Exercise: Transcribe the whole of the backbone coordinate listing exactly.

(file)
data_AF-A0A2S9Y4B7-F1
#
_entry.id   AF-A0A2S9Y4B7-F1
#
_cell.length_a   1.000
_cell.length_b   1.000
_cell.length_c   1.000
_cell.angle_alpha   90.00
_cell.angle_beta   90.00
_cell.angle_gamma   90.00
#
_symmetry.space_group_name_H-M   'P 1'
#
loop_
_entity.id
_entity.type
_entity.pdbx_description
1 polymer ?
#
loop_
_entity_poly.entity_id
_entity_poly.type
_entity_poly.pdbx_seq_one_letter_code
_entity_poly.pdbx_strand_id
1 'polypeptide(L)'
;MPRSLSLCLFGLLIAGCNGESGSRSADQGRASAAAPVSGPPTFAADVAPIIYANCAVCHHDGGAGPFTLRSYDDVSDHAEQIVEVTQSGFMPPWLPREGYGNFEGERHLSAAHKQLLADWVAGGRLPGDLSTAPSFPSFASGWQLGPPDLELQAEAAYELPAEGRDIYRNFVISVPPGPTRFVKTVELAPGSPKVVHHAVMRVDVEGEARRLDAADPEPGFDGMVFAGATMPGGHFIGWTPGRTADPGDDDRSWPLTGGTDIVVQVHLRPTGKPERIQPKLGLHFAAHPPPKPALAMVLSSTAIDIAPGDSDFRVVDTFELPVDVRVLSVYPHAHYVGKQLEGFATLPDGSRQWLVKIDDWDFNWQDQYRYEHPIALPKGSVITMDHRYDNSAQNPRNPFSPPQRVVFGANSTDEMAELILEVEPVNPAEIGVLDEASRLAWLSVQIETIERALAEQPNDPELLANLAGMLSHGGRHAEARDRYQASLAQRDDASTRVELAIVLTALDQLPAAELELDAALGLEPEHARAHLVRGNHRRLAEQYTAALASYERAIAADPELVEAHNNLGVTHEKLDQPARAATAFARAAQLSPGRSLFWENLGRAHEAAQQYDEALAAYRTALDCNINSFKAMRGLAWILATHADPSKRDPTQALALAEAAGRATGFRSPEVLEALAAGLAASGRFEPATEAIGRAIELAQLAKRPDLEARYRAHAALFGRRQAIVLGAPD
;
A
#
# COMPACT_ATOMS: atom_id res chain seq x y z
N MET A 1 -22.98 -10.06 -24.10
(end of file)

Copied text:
data_AF-A0A2S9Y4B7-F1
#
_entry.id   AF-A0A2S9Y4B7-F1
#
_cell.length_a   1.000
_cell.length_b   1.000
_cell.length_c   1.000
_cell.angle_alpha   90.00
_cell.angle_beta   90.00
_cell.angle_gamma   90.00
#
_symmetry.space_group_name_H-M   'P 1'
#
loop_
_entity.id
_entity.type
_entity.pdbx_description
1 polymer ?
#
loop_
_entity_poly.entity_id
_entity_poly.type
_entity_poly.pdbx_seq_one_letter_code
_entity_poly.pdbx_strand_id
1 'polypeptide(L)'
;MPRSLSLCLFGLLIAGCNGESGSRSADQGRASAAAPVSGPPTFAADVAPIIYANCAVCHHDGGAGPFTLRSYDDVSDHAEQIVEVTQSGFMPPWLPREGYGNFEGERHLSAAHKQLLADWVAGGRLPGDLSTAPSFPSFASGWQLGPPDLELQAEAAYELPAEGRDIYRNFVISVPPGPTRFVKTVELAPGSPKVVHHAVMRVDVEGEARRLDAADPEPGFDGMVFAGATMPGGHFIGWTPGRTADPGDDDRSWPLTGGTDIVVQVHLRPTGKPERIQPKLGLHFAAHPPPKPALAMVLSSTAIDIAPGDSDFRVVDTFELPVDVRVLSVYPHAHYVGKQLEGFATLPDGSRQWLVKIDDWDFNWQDQYRYEHPIALPKGSVITMDHRYDNSAQNPRNPFSPPQRVVFGANSTDEMAELILEVEPVNPAEIGVLDEASRLAWLSVQIETIERALAEQPNDPELLANLAGMLSHGGRHAEARDRYQASLAQRDDASTRVELAIVLTALDQLPAAELELDAALGLEPEHARAHLVRGNHRRLAEQYTAALASYERAIAADPELVEAHNNLGVTHEKLDQPARAATAFARAAQLSPGRSLFWENLGRAHEAAQQYDEALAAYRTALDCNINSFKAMRGLAWILATHADPSKRDPTQALALAEAAGRATGFRSPEVLEALAAGLAASGRFEPATEAIGRAIELAQLAKRPDLEARYRAHAALFGRRQAIVLGAPD
;
A
#
# COMPACT_ATOMS: atom_id res chain seq x y z
N MET A 1 -22.98 -10.06 -24.10